Bilal Syed knows how to maximize his time, staying busy. That tendency adds up to a student with a lot of accomplishments under his belt.
Having completed several PSEO (postsecondary enrollment options) classes while in high school, Syed transferred the credits to his college education, giving himself a head start toward graduation. His gut told him to choose a health care-related major because he wanted to feel like he could help others. This led Syed to the Health Services Management (HSM) major, with a public health minor. The format of the HSM major has allowed him to take on a number of extracurricular activities, which are also quite important to him. He is the former vice president (now secretary) of the Pakistani Student Association; he is part of Beta Chi Theta, a multicultural fraternity, for which he serves as Director of Philanthropy, organizing fundraising efforts for the American Heart Association; he is an intern for Be The Match, a bone marrow donation registry; and on top of all this, Syed is a scholarship recipient.
We sat down with Syed to learn a little more about him and his future in health care.
CCAPS: To start off with, tell us how you found the HSM major and what drew you to it.
BS: I was originally a computer science major, but medicine was constantly on my mind. I always wanted to do something where I was able to help people. During my sophomore year, I applied to the HSM program and was accepted. I realized health care management was the perfect thing for me—I’d be able to help people, be challenged by the work, and have a work environment that fit me better. I was interested in an environment that wasn’t necessarily patient-based, but that allowed me to work with other people and tackle new things every day.
CCAPS: What do you like about health care?
BS: If you’re helping people, even in an indirect way, that’s just great. That makes me feel more passionate and in tune with the work I’m doing. I’ve had jobs where I wasn’t engaged, and I want to avoid that. Health care is something that I really do care about.
CCAPS: What do you enjoy about the HSM program?
BS: I like how practical it is. The HSM program comprises a lot of different departments, but in every single class the one standard is teamwork. It’s also amazing because the instructors are working professionals, so they don’t beat around the bush. They come in and talk about problems that are going on in their companies. They’ll bring up case studies that are relevant and helpful. The instructors aren’t going to talk about anything that they don’t find important, and I can tell that they weed out material that isn’t directly relevant to our education.
CCAPS: We know that you like to stay busy. Can you talk about the flexibility of the HSM program, and how it’s allowed you to keep that busy life you like?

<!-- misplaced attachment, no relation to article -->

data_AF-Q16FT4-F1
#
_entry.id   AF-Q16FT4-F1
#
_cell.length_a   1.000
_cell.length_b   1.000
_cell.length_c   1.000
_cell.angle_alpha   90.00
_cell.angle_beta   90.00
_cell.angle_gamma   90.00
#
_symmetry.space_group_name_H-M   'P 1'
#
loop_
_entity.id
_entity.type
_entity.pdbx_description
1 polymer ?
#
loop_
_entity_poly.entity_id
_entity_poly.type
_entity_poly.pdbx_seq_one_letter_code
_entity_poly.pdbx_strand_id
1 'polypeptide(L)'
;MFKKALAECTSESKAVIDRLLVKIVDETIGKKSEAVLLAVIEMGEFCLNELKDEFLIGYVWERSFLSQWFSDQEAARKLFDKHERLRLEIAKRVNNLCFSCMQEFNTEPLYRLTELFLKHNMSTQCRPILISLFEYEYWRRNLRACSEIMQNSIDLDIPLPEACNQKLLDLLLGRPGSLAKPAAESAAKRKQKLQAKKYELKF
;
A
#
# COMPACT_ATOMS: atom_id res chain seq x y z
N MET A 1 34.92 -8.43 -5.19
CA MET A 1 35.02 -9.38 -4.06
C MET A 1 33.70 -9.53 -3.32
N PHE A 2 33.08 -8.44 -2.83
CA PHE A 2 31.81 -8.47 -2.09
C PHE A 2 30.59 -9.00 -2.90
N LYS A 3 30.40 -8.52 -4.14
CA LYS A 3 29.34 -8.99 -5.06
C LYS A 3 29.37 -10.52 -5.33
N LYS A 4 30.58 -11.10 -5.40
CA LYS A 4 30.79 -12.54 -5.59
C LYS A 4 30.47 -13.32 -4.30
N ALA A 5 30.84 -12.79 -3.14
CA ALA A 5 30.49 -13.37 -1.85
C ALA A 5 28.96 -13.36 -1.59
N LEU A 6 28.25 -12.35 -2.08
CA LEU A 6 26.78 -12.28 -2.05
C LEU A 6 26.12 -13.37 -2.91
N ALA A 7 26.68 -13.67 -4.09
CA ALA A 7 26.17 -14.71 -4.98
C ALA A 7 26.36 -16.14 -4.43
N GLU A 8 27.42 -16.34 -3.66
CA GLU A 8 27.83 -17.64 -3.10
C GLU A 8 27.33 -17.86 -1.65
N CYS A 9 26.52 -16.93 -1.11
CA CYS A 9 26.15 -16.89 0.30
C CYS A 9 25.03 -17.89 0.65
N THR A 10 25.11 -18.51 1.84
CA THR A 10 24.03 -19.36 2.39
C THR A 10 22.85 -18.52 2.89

BS: The HSM program has a lot of night courses, and I personally really like that. There are online courses too, and those tend to be our applied business courses. This schedule is a positive because it’s allowed me to get involved with other student groups, like serving as Vice President of the Pakistani Student Association (PSA), for example. I think student groups have helped me just as much in my education as coursework has. As Director of Philanthropy through my fraternity, I coordinated with Red Cross, planned events, ordered T-shirts, and delegated tasks. I don’t think I could’ve done all that if I’d had to go to a three-hour lecture.
CCAPS: Can you share a bit about an HSM course that you’ve really enjoyed?
BS: I really enjoyed HSM 3521: Health Delivery Systems. When I took it, I wasn’t sure yet if HSM was the right major for me. But after the course, I was hooked. It was one of the best classes I’ve ever taken. I think it should be a required course across the campus because it’s so important for people to learn about our health care system. That class invigorated me to go into the field. I saw a lot of opportunity, a lot of challenge, and room to make a change. I felt like I could contribute. The class covered the health care industry, including law and ethics in US health care system. We also learned about international health care systems. The course was a good introduction to the major. It covered the tips of multiple icebergs, and then in the courses that follow, you dive into the water.
CCAPS: What’s next for you?
BS: I would like to start working as soon as possible because it’s a goal of mine to help support my family after college. After I work for a couple of years, I’d like to pursue a Master of Public Health degree. Public health professionals are employed by state government, and that interests me, as does nonprofit work. Wherever I apply, the end the goal is still the same—I want to help others. I think it’s a blessing to have options and to be struggling to decide what to do at this point. It just shows how many opportunities that the major opens up.
Bilal Syed is a scholarship recipient.